Safety in Rust
Rust is a systems programming language which attempts to be a “safe, concurrent, and practical language.” Rust uses “Zero-Cost” abstractions to accomplish these aspirations. By catching all memory and concurrency pitfalls early on, in the compilation step by enforcing strong rules on data access and manipulation, as well as fostering good development choices through idiomatic practices, the language re-enforces safety without the cost associated with traditional mechanisms. The root of the memory safety abstractions revolve around a fairly simple set of rules. Rust enforces an ownership system which includes borrowing to allow for guaranteed memory safety, which allows for all compiled programs to be free of data race conditions, as well as memory access errors.
Language Security Features
Immutability by Default
Variables within Rust by default are immutable. By defaulting variables to being immutable, the Rust language forces the developer to really think about if a variable needs to be modified in place.
Within Rust, variable bindings have a concept of ownership over what they are bound to. Logically when an entity is bound to a label, or variable, when the variable goes out of scope, Rust will free the bound resource.
By enforcing this rule very strictly, every time a variable goes out of scope it’s bound resource is deterministically freed. This protection allows us the language to guard against common errors such as double free errors which are common to other languages.
In addition to the deterministic freeing of bound resources, entities bound to a variable must follow the following rules:
- There can be zero or more immutable references
- There can be exactly one reference which is mutable
This means that you can either have as many immutable references to a variable as you want, OR you can have exactly one mutable reference ONLY. These rules enforced within the compiler allow guaranteed data race condition protections.
Data races occur when the following are true:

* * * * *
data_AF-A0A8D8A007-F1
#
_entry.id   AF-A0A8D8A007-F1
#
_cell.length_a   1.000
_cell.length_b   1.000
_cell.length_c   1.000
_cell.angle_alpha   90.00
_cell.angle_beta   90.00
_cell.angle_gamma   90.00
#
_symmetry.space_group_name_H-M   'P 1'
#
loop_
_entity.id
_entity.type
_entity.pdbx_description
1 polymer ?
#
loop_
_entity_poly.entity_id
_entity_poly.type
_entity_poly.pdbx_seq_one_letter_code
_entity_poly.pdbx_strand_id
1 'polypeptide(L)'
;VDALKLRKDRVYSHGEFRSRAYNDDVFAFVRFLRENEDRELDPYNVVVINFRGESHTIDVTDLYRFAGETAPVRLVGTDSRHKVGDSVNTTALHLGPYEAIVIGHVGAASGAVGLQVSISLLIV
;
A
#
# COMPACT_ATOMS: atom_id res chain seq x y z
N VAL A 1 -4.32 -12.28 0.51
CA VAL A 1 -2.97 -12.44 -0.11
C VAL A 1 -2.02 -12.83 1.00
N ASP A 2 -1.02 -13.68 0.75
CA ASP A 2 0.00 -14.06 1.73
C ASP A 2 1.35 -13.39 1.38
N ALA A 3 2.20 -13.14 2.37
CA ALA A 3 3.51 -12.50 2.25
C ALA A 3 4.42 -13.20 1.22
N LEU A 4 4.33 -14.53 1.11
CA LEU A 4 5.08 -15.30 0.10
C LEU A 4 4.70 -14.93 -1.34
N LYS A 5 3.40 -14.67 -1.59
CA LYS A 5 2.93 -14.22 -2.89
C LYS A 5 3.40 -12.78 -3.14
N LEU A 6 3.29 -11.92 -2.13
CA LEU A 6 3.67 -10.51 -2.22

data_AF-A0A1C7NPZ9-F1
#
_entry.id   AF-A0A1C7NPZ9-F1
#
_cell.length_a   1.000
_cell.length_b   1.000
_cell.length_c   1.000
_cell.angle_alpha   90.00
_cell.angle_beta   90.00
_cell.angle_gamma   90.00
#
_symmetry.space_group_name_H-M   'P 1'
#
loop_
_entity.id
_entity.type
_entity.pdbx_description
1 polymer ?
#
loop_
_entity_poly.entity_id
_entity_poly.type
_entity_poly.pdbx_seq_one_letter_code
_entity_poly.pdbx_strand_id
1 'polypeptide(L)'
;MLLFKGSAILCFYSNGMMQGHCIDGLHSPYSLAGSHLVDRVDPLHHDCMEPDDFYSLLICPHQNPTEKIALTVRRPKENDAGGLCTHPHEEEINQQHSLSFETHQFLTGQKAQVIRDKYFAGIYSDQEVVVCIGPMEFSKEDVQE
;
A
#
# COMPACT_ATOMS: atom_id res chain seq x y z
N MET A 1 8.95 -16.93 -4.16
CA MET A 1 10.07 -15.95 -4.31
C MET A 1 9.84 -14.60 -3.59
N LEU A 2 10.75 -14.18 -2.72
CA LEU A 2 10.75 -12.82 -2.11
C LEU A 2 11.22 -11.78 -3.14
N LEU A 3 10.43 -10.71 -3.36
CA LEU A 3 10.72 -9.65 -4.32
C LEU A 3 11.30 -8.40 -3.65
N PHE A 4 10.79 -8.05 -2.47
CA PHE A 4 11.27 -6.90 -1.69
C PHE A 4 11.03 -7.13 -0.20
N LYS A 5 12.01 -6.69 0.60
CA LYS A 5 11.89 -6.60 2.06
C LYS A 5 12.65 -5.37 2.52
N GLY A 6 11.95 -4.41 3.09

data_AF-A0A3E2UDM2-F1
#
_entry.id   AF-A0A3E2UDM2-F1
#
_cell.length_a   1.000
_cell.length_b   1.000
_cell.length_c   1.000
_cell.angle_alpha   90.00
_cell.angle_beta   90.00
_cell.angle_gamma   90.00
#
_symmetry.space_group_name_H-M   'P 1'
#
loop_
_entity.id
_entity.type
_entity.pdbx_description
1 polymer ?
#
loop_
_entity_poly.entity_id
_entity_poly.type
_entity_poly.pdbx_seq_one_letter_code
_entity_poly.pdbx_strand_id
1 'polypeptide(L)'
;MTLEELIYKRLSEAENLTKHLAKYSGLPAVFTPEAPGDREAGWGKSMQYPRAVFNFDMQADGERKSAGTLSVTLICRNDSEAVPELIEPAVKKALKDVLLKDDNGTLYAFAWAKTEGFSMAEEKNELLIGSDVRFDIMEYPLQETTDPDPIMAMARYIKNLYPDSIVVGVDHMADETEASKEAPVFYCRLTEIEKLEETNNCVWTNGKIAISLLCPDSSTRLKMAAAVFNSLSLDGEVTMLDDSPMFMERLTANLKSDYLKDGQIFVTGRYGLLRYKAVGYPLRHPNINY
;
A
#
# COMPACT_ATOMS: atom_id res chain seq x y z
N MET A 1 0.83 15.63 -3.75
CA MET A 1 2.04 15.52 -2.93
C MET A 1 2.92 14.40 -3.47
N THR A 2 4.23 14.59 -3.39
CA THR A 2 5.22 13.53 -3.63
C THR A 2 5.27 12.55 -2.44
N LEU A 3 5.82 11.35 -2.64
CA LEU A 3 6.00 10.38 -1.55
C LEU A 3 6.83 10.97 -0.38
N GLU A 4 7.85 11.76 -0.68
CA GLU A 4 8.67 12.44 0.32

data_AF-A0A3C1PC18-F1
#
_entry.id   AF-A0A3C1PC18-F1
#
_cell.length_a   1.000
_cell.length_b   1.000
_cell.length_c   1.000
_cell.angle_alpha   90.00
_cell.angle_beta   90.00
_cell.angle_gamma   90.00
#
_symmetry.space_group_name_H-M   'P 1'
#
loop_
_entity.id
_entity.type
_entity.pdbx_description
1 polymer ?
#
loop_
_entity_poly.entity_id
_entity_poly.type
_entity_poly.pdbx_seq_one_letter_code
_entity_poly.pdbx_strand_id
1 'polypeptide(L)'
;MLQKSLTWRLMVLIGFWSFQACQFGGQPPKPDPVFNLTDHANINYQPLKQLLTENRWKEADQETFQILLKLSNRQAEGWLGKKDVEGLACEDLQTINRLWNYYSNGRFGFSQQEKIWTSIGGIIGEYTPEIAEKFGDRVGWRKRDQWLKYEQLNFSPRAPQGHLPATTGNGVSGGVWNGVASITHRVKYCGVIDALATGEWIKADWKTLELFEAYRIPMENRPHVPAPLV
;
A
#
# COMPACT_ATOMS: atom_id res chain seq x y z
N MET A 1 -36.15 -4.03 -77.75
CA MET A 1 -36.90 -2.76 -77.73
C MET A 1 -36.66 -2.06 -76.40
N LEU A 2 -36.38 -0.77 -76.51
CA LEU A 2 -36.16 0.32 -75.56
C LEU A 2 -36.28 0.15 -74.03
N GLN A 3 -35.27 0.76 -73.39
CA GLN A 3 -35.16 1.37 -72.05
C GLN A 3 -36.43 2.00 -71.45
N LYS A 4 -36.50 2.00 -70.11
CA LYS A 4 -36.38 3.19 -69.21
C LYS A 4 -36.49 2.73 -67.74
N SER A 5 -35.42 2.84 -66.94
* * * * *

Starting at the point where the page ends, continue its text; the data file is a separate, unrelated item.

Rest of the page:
- Two or more pointers to the same resource
- At least one pointer is written
- There is no synchronization
As demonstrated by the rules, there can only ever be exactly one pointer to a resource at any time which is mutable. This check is performed at compile time. Since you cannot have an immutable pointer and a mutable pointer to the same variable binding at the same time there is no chance of a data race.
Given that there are rules about only having one mutable pointer to a variable binding at a time, rust employs a concept of borrowing. Effectively, when you want to have a block or function manipulate an existing variable binding rust allows the developer the ability to lend the variable binding to the new block or function through the use of references. Example seen below, pulled from the rust book:
The above fails because we have borrowed the reference from x, and given the bound value to y. Based on the rules we can only have one mutable reference so the compiler will fail referencing the fact that we are trying to use x, even though the reference is borrowed to y. A more legitimate example would be the below:
Of course the basic ownership rules still apply, (zero or more immutable, only one mutable reference). Borrowing tells the compiler to not deterministically deallocate the resource when it goes out of scope, as it is just borrowed from the calling scope, and will be deallocated later on.
Borrowing prevents a number of common issues, such as iterator invalidation and use after free errors. Iterator invalidation happens when you mutate an array or vector while you are iterating over said array or vector. After free errors happen when you try to access a variable whose binding had been freed. Since borrowing doesn’t free the variable binding, this is not possible in rust.
As mentioned above, in Rust variable bindings all have a [lifetime][lifetime]. Usually this lifetime is the length of the scope where the variable was defined. But what happens when you need to use variables from different scopes in the same function call that returns something? Which scope lifetime do you need to use?
In Rust you can define explicit lifetimes for function arguments, and struct parameters, which allow the developer to explicitly tell the compiler that this variable binding exists for a given lifetime. Example below:
In the above example, what if the result of
add still references
b? at our
println! we have the potential for a use after free, or dangling pointer
To allot for these situations Rust employs explicit lifetime mappings for function inputs and outputs, so Rust can make sure that a lifetime is appropriate in complicated situations. Take the below correction:
With the above lifetime annotations the compiler can now tell that the second argument’s scope is no factor to the lifetime of the response, which should be the same as the lifetime of the first parameter. By explicitly stating how long the lifetime of the parameters and results should be, the compiler can enforce the scoping rules appropriately.
List of Rust Greatness:
- Prevents Iterator Invalidation with Borrowing
- Prevents Use After Free, dangling pointers with Lifetimes and Borrowing
- Prevents All Data Races with Ownership rules
- Prevents Double Free with Scope Deallocation
- Prevents overwriting variables with immutability by default
- Prevents most Memory Leaks by freeing bound resources after scope